William Golding's Lord of the Flies is a novel that takes place in a future war. After their plane was shot down by their enemies, a group of young English boys were stranded on a deserted island. The novel examines the breakdown of the civilized nature of the boys and their gradual descent to primitive savages. Throughout the novel the themes of good and evil of humans can be represented throughout many of the characters. However, the manifestations of both good and evil are best seen portrayed by two boys respectively: Simon and Roger. Simon is the virtuous boy who hopes for the rest of his peers. On the contrary, Roger is destructive and self centered. The personalities of these two boys show that Simon is the best representation of the good in human beings whereas Roger is the contrasting evil. From the two characters, Simon and Roger, we can see that civilization instills integrity into human beings while the loss of civilization will help to erupt the evil in each person.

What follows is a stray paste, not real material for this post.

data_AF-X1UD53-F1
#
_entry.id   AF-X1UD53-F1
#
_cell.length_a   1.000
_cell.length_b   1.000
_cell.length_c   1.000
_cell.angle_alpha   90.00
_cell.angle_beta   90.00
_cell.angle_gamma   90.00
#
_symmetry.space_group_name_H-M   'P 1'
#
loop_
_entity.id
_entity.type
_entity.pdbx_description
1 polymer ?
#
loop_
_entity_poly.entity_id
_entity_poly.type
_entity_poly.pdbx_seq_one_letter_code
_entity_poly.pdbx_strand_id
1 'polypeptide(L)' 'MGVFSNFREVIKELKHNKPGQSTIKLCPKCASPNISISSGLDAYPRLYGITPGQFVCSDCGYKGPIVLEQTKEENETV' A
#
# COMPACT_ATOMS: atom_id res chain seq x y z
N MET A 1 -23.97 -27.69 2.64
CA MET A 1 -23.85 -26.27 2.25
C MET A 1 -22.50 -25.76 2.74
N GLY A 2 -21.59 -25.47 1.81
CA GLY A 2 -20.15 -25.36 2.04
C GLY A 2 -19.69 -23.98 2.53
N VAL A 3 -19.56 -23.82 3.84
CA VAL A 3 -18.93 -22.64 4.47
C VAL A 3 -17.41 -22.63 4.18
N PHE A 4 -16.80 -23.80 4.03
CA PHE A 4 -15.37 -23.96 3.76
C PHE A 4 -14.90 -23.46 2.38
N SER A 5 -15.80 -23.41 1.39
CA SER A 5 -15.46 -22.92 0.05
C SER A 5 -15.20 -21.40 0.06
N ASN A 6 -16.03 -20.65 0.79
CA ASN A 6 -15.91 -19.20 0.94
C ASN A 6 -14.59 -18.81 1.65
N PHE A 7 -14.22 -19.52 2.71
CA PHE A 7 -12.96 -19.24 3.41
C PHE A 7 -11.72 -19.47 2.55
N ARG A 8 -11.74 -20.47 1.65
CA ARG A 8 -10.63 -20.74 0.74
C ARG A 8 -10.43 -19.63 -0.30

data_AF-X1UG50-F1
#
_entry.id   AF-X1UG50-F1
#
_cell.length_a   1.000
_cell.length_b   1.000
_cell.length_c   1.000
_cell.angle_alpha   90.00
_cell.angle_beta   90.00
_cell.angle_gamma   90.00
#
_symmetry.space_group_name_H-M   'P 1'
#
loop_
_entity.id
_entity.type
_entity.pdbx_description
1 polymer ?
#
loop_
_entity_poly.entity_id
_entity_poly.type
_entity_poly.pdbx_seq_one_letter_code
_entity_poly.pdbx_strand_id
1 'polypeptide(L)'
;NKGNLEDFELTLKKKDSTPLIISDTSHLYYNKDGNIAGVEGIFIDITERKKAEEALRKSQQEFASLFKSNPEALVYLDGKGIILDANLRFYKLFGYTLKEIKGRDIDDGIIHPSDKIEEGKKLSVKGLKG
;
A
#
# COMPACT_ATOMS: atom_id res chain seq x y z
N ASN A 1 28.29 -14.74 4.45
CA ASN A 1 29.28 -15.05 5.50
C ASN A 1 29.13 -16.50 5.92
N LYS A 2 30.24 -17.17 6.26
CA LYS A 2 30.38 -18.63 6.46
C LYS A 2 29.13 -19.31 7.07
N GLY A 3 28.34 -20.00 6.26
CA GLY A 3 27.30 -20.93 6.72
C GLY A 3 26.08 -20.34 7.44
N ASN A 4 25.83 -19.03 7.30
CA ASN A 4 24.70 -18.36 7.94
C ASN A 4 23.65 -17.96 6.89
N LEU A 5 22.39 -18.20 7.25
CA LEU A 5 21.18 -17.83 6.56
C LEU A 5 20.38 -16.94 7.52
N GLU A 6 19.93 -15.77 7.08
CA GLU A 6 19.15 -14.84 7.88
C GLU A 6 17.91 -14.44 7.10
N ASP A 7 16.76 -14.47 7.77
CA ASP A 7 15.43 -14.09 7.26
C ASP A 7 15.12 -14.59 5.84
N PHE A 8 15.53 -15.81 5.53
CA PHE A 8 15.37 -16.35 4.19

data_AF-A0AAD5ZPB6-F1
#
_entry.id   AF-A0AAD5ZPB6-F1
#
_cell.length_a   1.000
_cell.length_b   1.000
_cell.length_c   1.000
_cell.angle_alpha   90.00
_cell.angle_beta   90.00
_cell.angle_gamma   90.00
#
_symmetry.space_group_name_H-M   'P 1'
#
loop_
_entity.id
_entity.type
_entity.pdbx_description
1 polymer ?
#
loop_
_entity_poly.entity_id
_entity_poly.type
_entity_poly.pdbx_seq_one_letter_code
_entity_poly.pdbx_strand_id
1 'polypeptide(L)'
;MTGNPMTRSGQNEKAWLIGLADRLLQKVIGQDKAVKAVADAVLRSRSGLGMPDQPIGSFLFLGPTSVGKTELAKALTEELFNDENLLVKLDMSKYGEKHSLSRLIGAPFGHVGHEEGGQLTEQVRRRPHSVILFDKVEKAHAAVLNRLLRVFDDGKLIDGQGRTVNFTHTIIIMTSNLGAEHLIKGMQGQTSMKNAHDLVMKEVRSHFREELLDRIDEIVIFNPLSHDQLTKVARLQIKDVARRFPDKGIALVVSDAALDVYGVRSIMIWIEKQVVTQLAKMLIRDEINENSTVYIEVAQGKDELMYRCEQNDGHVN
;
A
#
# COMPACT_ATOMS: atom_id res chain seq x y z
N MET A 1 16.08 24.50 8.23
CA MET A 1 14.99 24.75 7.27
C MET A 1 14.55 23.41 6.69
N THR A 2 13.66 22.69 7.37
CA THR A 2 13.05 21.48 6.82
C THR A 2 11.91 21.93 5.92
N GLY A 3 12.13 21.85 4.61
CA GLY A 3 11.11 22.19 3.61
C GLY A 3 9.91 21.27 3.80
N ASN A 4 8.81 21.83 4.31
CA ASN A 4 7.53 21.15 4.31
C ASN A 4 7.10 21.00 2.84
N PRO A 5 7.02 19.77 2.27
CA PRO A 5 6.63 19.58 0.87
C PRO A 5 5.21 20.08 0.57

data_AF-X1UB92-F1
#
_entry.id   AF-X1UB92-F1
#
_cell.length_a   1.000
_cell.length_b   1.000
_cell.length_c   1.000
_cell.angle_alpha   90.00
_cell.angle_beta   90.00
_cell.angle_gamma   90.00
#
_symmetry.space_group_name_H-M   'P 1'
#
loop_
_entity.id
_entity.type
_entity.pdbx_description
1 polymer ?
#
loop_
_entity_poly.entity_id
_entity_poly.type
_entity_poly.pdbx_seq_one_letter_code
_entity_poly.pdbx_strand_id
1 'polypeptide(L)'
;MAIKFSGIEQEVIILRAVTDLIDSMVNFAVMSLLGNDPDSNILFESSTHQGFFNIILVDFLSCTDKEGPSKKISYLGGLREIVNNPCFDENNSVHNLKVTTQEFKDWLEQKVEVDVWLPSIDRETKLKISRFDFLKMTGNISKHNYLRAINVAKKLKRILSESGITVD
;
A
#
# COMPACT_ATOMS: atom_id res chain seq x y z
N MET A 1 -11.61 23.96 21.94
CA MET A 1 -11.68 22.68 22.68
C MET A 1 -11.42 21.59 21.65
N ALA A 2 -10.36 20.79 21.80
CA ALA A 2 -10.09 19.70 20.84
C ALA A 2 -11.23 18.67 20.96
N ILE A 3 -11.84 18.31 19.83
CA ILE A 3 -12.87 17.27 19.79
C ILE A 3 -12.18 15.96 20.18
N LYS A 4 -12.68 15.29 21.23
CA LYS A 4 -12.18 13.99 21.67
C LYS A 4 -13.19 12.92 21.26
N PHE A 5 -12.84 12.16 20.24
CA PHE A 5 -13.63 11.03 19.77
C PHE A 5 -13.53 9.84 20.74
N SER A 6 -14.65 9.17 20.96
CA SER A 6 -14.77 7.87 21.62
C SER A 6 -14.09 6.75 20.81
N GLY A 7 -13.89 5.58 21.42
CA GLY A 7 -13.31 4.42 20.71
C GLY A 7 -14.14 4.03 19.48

From his peaceful nature and selflessness, we can see that Simon is the most well behaved boy on the island. Simon is a nature-lover, thus he often isolates himself in the forest. This calm and tranquil environment allows him to be alone and away from the negative influence of the other boys. The others are in the process of becoming savages and being away from them means that he is not changing into a savage. He spends most of his days listening to the sounds of nature and relaxing in his "bowl of heat and light". His entire afternoon would be spent there, returning only to the rest of the boys late at night when everybody is sleeping. "Holding his breath he cocked a critical ear at the sounds of the island. Evening was advancing towards the island; the sounds of the bright fantastic birds, the bee-sounds, even the crying of the gulls that were returning to their roosts among the square rocks, were fainter. The deep sea breaking miles away on the reef made an undertone less...
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